Until May 27, 2017
via Azzo Gardino, 9
Hours: Tuesday–Saturday 10:30am–1:30pm,
Curated by Danka Sosic and Zarko Vijatovic
“Gorgona was a harmonious community; in the ideological world it was concerned by emptiness (element present in all serious matters) without the ultimate goal, perhaps without purpose.”
Josip Vaništa: New Notes, Gallery Kratis Edition, Zagreb, 2007
Gorgona was a non-conventional art group that was formed in the late ’50s in Zagreb. The painters Julije Knifer, Marijan Jevšovar, Đuro Seder and Josip Vaništa used to get together regularly with sculptor Ivan Kožaric, architect Miljenko Horvat and art historians Dimitrije Bašičević Mangelos, Matko Meštrović and Radoslav Putar. This informal group was on the fringe of the art scene in former Yugoslavia, in voluntary isolation. Its members never issued a manifesto, nor collective goals. During the ’60s, through their meetings, exchanges of ideas, and intellectual and spiritual ties, they began to create collective works and actions. Between 1961 and 1966 they published the anti-magazine Gorgona, each issue was designed by an artist as a work in its own right. They organized collective and solo-exhibitions at an alternative exhibition space, the framing shop Salon Šira, that they called Studio G.
The group members had strong connections with other avant-garde artists like Lucio Fontana, Enzo Mari, Robert Rauschenberg, Harold Pinter, François Morellet, and Yves Klein. Dieter Roth and Vasarely both published an issue of the anti-magazine Gorgona, and Piero Manzoni created three proposals entitled Tavole di accertamento, though he never produced an issue of the magazine.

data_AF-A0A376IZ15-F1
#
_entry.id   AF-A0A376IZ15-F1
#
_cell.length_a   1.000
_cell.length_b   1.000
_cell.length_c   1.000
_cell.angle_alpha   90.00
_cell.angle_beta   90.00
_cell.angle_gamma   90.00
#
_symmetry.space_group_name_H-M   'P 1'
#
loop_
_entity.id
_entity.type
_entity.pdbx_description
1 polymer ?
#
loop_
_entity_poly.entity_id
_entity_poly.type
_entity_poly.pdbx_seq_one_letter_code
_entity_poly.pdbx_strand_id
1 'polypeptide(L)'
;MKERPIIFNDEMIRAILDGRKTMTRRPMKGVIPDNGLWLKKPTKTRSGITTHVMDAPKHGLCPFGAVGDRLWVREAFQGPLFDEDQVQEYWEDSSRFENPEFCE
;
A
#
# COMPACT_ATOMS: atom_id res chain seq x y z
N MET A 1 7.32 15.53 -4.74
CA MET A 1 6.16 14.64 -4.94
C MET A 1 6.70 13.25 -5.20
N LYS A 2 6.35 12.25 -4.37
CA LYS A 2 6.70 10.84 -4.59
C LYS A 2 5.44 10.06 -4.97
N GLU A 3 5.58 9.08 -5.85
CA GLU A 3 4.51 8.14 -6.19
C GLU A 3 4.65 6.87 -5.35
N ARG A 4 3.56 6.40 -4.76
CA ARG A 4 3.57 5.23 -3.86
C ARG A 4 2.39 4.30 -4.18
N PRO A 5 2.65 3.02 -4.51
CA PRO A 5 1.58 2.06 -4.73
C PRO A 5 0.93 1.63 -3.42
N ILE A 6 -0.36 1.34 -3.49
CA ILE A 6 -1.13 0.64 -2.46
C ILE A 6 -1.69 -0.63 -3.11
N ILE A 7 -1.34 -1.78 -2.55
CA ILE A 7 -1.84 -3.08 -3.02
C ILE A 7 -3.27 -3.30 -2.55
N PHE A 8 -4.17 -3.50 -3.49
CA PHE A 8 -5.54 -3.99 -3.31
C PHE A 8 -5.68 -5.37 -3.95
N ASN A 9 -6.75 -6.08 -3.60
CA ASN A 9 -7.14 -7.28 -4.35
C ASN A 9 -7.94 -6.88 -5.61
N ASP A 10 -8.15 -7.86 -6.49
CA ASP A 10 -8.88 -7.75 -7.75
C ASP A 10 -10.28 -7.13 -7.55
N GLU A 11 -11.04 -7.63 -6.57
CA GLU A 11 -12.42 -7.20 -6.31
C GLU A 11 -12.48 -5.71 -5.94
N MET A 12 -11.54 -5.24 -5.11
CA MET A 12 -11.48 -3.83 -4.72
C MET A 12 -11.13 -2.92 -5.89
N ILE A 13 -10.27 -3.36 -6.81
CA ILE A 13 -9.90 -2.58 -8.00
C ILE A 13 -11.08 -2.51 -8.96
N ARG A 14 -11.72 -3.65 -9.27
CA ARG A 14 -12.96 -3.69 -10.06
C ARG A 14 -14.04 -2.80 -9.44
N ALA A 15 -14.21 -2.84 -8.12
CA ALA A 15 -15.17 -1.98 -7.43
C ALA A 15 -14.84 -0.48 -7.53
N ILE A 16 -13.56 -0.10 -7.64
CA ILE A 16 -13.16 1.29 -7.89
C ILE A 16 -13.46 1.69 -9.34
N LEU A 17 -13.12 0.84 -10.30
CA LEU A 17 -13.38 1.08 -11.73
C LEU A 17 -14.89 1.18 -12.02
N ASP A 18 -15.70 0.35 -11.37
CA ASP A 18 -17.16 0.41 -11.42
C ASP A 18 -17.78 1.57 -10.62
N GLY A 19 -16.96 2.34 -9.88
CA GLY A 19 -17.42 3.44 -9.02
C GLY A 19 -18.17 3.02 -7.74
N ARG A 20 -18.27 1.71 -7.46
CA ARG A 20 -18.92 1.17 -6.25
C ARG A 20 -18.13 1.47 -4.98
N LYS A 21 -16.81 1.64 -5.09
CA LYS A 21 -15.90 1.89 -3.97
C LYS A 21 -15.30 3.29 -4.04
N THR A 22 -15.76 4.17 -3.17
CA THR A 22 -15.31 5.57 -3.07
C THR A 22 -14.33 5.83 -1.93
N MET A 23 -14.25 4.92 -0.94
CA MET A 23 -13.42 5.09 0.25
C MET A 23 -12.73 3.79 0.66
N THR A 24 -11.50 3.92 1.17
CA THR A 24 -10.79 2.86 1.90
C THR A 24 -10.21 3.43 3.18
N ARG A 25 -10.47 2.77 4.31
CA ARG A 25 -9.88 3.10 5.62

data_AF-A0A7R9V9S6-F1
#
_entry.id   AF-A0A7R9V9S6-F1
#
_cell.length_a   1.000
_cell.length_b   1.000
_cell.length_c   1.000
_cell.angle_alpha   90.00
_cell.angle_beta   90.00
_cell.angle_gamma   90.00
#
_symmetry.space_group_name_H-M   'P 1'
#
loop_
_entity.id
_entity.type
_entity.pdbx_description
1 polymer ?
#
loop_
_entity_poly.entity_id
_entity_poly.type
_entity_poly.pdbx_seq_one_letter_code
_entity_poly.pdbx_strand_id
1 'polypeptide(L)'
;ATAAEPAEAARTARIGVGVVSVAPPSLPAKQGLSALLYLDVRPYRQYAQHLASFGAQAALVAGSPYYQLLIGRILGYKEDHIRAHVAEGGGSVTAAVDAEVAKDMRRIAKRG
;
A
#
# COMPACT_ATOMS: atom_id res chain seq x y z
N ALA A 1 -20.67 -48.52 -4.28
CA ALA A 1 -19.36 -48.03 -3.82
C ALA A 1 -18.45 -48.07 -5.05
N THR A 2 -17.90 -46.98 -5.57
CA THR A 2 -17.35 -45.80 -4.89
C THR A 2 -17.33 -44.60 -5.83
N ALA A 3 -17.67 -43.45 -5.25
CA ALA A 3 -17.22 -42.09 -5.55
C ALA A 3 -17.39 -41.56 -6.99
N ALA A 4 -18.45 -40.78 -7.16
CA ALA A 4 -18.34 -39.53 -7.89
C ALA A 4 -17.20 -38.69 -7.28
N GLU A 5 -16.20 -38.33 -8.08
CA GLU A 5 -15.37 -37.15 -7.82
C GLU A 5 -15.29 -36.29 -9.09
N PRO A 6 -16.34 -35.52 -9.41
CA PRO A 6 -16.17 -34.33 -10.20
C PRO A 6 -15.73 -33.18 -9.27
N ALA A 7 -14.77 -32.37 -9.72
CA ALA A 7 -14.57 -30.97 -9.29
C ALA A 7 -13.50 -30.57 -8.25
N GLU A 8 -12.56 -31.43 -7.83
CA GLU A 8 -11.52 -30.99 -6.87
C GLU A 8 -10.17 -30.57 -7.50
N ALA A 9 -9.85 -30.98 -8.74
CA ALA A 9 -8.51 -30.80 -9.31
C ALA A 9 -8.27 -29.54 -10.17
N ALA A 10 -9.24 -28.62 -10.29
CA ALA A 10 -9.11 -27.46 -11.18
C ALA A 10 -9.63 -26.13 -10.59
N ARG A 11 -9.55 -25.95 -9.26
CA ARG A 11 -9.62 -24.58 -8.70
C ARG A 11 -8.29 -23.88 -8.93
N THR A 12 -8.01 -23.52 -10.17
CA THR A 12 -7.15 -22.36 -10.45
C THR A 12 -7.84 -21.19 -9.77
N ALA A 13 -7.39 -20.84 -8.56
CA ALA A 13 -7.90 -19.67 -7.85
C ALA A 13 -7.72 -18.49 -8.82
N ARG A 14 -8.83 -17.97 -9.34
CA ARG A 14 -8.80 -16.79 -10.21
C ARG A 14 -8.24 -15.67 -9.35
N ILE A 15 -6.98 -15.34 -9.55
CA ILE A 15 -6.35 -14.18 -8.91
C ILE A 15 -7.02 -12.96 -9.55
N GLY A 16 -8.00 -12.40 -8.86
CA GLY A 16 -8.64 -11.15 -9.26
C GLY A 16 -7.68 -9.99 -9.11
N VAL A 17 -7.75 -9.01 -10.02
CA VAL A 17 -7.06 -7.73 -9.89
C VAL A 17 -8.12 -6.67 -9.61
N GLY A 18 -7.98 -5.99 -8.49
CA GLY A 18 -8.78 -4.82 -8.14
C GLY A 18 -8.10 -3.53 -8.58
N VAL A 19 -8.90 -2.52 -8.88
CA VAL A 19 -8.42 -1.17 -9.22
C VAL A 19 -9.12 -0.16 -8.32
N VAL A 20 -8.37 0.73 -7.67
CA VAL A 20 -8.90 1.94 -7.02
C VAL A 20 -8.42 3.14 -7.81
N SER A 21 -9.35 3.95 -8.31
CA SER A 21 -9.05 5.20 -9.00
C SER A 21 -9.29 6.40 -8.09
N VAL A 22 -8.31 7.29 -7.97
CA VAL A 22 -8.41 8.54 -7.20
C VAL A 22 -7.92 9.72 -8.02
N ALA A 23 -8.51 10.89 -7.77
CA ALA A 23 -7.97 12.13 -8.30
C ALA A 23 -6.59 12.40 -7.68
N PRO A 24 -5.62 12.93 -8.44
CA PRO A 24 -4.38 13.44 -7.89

Gorgona magazine has ceased publication in 1966 after eleven issues, but Gorgona has not completely disappeared. It manifested itself through the “Postgorgona” and then “Post Scriptum” issues, which are also covered by the show.
For the proto-conceptual practice of Gorgona a “Gorgonic spirit” is evoked, i.e. a nihilist and philosophical mental state in which the sole objective was pursuit of total artistic and intellectual freedom, where ample space was set aside for recurring themes such as repetition, the void, death, time, denial, destruction, but also formal considerations like the line, the pure form, the circle, black and white.
Moreover, the dematerialization of work of art brought them in the sphere of action. Through outings, assemblies and meetings they intended to surpass and transcend the materiality of work of art.
Accompanied by a vast archive of works, photographs, catalogues and material of the studio G., the exhibition Gorgona, Postgorgona is organized around the main themes addressed by Gorgona, attempting to reconstruct the particular spirit of the group and a complex artistic practice that included multiple group actions covered by extensive photographic documentation gathered together with drawings, paintings and sculptures, undertaken individually, but shared within the group members.